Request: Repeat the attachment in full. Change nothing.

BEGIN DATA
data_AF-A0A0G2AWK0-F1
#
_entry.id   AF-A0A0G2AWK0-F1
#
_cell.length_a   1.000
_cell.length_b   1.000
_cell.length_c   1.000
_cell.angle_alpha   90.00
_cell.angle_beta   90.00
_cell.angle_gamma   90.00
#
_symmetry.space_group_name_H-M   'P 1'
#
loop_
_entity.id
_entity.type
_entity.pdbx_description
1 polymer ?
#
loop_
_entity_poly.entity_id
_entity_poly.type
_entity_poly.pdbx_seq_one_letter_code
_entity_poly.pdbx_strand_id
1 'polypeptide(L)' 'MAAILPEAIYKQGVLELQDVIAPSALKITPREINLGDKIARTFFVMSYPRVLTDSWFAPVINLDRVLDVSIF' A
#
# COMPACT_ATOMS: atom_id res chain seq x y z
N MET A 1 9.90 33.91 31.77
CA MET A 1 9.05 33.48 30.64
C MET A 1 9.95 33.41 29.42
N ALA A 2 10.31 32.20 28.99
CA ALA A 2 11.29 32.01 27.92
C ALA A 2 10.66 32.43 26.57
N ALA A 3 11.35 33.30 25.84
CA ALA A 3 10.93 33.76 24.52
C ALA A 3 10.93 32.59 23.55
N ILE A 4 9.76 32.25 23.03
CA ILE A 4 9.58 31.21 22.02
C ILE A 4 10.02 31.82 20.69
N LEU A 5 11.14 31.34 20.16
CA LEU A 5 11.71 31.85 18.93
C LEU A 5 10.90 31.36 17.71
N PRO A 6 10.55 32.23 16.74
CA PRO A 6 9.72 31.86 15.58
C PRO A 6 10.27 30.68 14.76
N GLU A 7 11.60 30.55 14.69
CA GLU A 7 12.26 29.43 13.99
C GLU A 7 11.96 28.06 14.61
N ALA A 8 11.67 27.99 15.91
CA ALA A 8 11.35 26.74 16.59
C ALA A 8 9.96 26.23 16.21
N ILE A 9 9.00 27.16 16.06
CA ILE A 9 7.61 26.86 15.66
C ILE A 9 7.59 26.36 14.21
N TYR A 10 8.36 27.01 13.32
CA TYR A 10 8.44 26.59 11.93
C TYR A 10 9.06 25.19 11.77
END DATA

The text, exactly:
data_AF-A0A0G2AWK0-F1
#
_entry.id   AF-A0A0G2AWK0-F1
#
_cell.length_a   1.000
_cell.length_b   1.000
_cell.length_c   1.000
_cell.angle_alpha   90.00
_cell.angle_beta   90.00
_cell.angle_gamma   90.00
#
_symmetry.space_group_name_H-M   'P 1'
#
loop_
_entity.id
_entity.type
_entity.pdbx_description
1 polymer ?
#
loop_
_entity_poly.entity_id
_entity_poly.type
_entity_poly.pdbx_seq_one_letter_code
_entity_poly.pdbx_strand_id
1 'polypeptide(L)' 'MAAILPEAIYKQGVLELQDVIAPSALKITPREINLGDKIARTFFVMSYPRVLTDSWFAPVINLDRVLDVSIF' A
#
# COMPACT_ATOMS: atom_id res chain seq x y z
N MET A 1 9.90 33.91 31.77
CA MET A 1 9.05 33.48 30.64
C MET A 1 9.95 33.41 29.42
N ALA A 2 10.31 32.20 28.99
CA ALA A 2 11.29 32.01 27.92
C ALA A 2 10.66 32.43 26.57
N ALA A 3 11.35 33.30 25.84
CA ALA A 3 10.93 33.76 24.52
C ALA A 3 10.93 32.59 23.55
N ILE A 4 9.76 32.25 23.03
CA ILE A 4 9.58 31.21 22.02
C ILE A 4 10.02 31.82 20.69
N LEU A 5 11.14 31.34 20.16
CA LEU A 5 11.71 31.85 18.93
C LEU A 5 10.90 31.36 17.71
N PRO A 6 10.55 32.23 16.74
CA PRO A 6 9.72 31.86 15.58
C PRO A 6 10.27 30.68 14.76
N GLU A 7 11.60 30.55 14.69
CA GLU A 7 12.26 29.43 13.99
C GLU A 7 11.96 28.06 14.61
N ALA A 8 11.67 27.99 15.91
CA ALA A 8 11.35 26.74 16.59
C ALA A 8 9.96 26.23 16.21
N ILE A 9 9.00 27.16 16.06
CA ILE A 9 7.61 26.86 15.66
C ILE A 9 7.59 26.36 14.21
N TYR A 10 8.36 27.01 13.32
CA TYR A 10 8.44 26.59 11.93
C TYR A 10 9.06 25.19 11.77